NATIONAL REGISTER of Historic Places: 101 Walnut Street - Five-bay I-house with center-hall plan, one-story side wing, one-story wrap-around porch. Aman moved to Swansboro from the Belgrade area of Onslow County.
Robert Murray Aman 1849-1918 was the son of Andrew Jackson Aman 1827-1897, born in Half Moon, Onslow County, to James Aman 1808-1854. Andrew Jackson Aman married Elizabeth Ellis in 1848. Robert and the Amans of Onslow County descended from early North Carolina settlers.
Amans were among the religious refugees who settled New Bern with Baron de Graffenried in 1709-1710. According to family tree information, Phillip Aman 1685-1765 was born in Zurich, Switzerland to Jacob Aman 1654-1725. Phillip died in Onslow County. His son Phillip Nathan Aman was born in 1710 in then Bath (now Craven) County, North Carolina. About 1742, Phillip Nathan Aman married Ann Shubridge of Onslow County. Their son Phillip was the father of William, the father of David Franklin Aman, an Aman of note, below, who was related to all the Onslow Amans including Robert.
Son of William Aman and Elizabeth Garrett of Onslow County, David was a minister for 67 years; retired 20 years before his death. He died at 103 from myocarditis; contributing cause senility. He was buried in the Topsail Presbyterian Church Cemetery, Hampstead, Pender County, North Carolina.
A CONFEDERATE CENTENARIAN
Confederate Veteran Magazine - September 1930, page 339:
The story of David Franklin Aman, aged 103, as compiled by Mary Heyer, Historian, Cape Fear Chapter, U.D.C., Wilmington, N.C.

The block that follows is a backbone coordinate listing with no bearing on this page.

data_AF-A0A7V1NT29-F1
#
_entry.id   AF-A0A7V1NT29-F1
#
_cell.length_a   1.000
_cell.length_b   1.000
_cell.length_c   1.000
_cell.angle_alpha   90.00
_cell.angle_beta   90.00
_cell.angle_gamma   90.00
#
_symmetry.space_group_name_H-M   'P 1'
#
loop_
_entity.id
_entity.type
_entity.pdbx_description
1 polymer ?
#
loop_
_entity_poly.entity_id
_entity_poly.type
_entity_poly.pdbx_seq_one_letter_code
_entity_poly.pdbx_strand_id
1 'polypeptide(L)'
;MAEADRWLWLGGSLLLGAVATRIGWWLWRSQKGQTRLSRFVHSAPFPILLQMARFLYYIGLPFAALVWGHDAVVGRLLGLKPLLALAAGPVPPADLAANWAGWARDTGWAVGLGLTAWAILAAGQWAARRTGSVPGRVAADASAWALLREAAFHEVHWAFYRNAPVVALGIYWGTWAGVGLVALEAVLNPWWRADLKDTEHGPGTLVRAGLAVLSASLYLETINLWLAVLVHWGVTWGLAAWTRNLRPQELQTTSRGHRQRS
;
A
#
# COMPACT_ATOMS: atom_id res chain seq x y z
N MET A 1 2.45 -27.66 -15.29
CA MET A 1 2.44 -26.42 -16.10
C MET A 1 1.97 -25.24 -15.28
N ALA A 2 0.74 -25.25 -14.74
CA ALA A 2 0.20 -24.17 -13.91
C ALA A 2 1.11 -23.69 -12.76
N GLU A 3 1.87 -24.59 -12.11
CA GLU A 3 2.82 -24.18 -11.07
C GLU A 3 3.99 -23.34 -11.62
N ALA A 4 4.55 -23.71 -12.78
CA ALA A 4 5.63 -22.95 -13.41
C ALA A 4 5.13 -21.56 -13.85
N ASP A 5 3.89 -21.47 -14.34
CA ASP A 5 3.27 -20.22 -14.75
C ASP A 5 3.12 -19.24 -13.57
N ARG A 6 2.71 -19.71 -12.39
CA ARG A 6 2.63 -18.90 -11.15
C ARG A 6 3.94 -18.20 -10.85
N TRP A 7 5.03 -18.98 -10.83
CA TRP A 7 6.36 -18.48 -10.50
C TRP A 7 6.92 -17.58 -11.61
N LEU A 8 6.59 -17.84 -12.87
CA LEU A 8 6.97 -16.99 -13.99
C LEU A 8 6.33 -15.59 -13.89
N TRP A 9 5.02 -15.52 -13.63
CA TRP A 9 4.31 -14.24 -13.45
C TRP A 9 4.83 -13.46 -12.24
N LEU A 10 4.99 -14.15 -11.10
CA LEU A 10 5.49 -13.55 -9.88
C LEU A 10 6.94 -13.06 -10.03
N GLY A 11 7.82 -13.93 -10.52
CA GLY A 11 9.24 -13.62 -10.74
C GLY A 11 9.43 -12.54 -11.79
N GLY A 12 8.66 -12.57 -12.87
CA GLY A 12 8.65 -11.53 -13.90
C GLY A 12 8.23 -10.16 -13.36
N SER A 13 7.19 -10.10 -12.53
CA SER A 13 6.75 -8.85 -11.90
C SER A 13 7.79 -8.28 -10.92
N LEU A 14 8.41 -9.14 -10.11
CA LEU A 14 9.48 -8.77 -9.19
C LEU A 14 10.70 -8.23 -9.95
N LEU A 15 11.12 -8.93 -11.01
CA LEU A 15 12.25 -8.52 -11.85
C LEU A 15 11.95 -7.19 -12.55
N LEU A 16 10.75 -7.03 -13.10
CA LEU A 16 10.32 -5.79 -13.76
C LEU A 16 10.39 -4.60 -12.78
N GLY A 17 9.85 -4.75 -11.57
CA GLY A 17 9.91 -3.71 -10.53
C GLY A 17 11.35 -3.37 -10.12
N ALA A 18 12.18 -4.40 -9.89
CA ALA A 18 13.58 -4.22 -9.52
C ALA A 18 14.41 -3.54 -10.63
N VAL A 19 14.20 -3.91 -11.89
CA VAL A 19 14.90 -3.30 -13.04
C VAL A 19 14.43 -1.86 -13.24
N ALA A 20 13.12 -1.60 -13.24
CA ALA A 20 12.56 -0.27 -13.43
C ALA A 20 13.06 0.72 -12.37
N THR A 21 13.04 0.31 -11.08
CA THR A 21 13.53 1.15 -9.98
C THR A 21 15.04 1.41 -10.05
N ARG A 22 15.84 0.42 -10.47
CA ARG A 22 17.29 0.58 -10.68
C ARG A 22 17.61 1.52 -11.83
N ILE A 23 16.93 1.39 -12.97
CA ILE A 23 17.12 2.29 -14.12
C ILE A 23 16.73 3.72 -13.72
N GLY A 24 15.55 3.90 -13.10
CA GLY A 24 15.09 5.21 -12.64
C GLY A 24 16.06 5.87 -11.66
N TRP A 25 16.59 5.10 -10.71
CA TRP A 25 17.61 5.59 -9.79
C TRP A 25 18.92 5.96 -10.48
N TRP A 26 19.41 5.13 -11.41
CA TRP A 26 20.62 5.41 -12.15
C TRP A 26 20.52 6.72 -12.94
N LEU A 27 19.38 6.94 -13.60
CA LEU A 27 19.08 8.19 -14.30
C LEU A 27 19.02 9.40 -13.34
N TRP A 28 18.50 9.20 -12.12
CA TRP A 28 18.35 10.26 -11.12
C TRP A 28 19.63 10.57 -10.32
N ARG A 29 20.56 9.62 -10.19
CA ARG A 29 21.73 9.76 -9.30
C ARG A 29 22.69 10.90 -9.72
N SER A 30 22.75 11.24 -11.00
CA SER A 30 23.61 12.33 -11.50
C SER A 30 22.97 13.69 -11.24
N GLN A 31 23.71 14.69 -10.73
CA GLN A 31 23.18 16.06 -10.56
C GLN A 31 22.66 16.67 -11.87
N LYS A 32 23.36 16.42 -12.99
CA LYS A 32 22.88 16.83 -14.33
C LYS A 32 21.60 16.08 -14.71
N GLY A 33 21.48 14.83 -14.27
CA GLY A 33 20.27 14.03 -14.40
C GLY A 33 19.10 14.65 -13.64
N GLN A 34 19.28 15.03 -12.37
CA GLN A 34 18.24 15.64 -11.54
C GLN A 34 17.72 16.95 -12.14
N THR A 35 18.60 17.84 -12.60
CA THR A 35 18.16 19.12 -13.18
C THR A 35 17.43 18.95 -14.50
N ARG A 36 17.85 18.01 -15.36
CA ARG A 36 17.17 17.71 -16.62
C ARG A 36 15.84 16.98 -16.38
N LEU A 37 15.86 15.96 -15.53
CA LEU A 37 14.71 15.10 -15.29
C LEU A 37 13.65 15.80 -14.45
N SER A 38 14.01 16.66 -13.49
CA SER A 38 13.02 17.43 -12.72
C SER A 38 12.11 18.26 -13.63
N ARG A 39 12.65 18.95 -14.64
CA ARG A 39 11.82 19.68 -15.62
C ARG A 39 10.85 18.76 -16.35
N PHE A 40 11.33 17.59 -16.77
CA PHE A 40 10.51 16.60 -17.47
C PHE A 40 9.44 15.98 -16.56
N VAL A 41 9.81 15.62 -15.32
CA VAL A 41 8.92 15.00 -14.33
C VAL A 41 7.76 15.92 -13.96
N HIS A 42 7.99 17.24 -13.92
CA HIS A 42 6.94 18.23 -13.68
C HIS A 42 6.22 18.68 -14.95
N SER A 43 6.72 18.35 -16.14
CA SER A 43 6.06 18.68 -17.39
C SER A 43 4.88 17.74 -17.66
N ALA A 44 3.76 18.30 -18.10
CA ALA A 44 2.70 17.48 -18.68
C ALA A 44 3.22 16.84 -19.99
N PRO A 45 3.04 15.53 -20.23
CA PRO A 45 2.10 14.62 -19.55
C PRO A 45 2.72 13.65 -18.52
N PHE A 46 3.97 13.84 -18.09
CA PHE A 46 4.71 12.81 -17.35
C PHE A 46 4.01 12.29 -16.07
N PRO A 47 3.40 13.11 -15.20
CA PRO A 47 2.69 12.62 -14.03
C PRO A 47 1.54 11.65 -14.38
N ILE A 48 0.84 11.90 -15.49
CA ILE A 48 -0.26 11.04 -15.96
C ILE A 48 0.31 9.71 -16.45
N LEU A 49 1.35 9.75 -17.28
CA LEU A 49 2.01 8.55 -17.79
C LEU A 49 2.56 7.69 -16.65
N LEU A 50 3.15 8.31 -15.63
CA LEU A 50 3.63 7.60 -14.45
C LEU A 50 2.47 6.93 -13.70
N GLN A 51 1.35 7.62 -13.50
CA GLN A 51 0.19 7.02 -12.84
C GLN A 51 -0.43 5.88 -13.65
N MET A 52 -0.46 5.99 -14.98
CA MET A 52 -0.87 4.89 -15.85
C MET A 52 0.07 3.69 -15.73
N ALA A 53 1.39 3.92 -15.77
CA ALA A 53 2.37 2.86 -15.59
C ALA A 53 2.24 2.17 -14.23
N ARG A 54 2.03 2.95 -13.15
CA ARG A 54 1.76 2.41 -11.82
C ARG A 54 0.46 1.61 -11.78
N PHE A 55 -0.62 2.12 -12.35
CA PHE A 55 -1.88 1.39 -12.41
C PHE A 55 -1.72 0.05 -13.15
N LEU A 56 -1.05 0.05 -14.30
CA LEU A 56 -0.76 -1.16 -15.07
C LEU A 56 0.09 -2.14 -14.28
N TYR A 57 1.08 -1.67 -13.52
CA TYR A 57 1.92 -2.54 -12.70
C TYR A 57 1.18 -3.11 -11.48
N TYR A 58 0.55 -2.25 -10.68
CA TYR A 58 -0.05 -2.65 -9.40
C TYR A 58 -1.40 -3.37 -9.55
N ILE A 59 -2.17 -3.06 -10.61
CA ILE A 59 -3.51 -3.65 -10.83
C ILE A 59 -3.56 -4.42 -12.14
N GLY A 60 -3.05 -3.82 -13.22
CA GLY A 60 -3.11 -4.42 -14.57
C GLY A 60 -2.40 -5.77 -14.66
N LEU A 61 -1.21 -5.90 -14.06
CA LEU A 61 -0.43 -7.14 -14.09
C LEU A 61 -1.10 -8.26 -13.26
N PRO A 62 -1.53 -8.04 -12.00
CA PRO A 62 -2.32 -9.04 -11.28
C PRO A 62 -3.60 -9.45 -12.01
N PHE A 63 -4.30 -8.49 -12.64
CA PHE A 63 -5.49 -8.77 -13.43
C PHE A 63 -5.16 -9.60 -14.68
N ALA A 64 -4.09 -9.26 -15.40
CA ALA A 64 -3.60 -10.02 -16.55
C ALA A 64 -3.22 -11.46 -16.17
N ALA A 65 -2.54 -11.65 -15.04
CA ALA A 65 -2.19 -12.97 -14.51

The words of David Franklin Aman:
“Many years ago, after a great storm on the coast, beachcombers found a little boy among the wreckage washed ashore. One exclaimed “It’s a man!" He was cared for and called Philip Aman from that day. He was my grandfather and became a soldier in the Revolutionary War. His son William was my father; he married Elizabeth Garret, whose mother lived to be 107 years old, all of Onslow County, North Carolina.
“I was born in the same county, August 4, 1827. My father died when I was 14 years old, leaving mother with 10 children, 5 boys and 5 girls. Four boys served in the Confederate Army; two were killed, Jesse and Henry. Gerry and I got home. One was mortally wounded at Manassas, another killed after a year in prison at Point Lookout. I volunteered and enlisted April, 1861, at the age of 34, at Jacksonville, North Carolina, serving in Co. A, 35th N.C. Regiment of Infantry, the command of Major Petway and Col. James Sinclair, Ramson’s Brigade.
Taken prisoner, sent to Point Lookout....paroled at the end, without a cent, weak, and starving, barefooted, bareheaded, and in rags. In this condition, I walked home. It was a long journey, but I survived it. On August 4, 1930, I completed my one-hundred- and -third- year. I can walk 5 miles a day, before breakfast. I am in full possession of my faculties, with slight hearing unimpaired.
I have lived to see our bruised and broken south arise in a new glory and again give a peerless army to the world.”